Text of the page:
Yatkha Baha:
A few minute’s walks from Itum Baha is another Baha in the Yatkha Tole. Although it doesn’t bear any common features of a typical monastery any more, this Baha is noted for a large stupa, in the centre of the large stupa, in the centre of the large courtyard- surrounded by residential houses. The main shrine building is of recent renovation. However, the wooden 'Torana' is of unusual depiction of seven Buddhas and probably dates back to twelfth century A.D. The central stupa is a reminiscent of the famous ‘Swoyambhunath Stupa.

Te Baha:
A famous courtyard or a locality in Kathmandu is located in the eastern end of New road. Although the salient features of a typical Baha is virtually missing it is assumed the compound comprises two Bahas in medieval times. One of the main shrines 'Kwapa dyo' is situated among the buildings along the western side the second 'Kwapadyo' is located in the centre. The compound is more renowned because of other religious shrines and historic stupas existing here. Among others, within the complex are the house of a deity called 'sankata' the shrine of 'Bhadrakali' Chen (or the residence) two highly popular Shankata deities of the Kathmandu valley. In addition, the open area also houses several Licchavi period stupas chaityas. Historians attribute this area as of high historic importance and ascribe the origin to 5th century A.D.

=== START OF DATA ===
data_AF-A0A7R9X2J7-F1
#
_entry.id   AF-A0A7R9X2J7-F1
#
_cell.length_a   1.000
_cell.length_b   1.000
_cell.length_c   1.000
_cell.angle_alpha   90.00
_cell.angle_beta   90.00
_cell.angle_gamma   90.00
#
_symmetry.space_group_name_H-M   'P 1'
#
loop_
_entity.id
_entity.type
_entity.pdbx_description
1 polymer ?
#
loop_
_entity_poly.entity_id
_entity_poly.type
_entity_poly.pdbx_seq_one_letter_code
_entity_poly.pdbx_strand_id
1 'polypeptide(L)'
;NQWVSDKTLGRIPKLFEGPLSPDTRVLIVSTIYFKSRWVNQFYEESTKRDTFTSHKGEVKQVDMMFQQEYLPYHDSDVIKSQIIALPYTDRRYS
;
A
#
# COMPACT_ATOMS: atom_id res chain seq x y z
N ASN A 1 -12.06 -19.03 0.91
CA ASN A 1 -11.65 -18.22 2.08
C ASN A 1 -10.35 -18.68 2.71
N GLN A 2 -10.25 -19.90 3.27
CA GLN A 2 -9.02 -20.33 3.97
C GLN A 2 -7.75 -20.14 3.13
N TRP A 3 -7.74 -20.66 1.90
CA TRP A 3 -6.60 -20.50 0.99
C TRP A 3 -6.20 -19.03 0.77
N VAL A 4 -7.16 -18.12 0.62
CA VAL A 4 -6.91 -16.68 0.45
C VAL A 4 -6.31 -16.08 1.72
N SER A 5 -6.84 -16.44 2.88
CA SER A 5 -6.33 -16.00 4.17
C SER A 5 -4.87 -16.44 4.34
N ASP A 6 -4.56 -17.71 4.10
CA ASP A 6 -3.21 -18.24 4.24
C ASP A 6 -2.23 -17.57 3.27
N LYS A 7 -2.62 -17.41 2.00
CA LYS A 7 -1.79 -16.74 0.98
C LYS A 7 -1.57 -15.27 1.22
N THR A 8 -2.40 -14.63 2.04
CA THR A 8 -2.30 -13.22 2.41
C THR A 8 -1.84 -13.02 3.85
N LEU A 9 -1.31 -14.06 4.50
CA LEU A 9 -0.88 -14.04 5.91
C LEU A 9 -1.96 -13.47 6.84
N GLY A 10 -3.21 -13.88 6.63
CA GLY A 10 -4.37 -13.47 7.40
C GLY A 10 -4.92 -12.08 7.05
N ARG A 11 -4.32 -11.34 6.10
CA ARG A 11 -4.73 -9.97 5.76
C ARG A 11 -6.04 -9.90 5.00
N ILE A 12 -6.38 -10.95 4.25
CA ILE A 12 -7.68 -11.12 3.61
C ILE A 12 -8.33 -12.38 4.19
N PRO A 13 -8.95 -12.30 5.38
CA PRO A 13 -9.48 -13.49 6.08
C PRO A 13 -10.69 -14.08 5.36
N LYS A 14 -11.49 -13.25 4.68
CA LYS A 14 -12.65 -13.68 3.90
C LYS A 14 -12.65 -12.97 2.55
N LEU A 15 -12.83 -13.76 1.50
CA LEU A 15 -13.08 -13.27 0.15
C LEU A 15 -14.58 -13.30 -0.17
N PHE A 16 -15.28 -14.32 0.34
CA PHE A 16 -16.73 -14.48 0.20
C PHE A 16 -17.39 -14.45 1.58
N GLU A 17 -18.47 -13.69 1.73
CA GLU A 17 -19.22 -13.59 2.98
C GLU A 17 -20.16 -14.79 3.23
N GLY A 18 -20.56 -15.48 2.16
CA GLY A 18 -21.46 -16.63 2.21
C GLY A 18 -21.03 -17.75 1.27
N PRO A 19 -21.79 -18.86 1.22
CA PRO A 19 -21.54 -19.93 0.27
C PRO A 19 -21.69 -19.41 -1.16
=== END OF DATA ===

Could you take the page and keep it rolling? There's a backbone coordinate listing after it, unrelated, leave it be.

Jana Baha: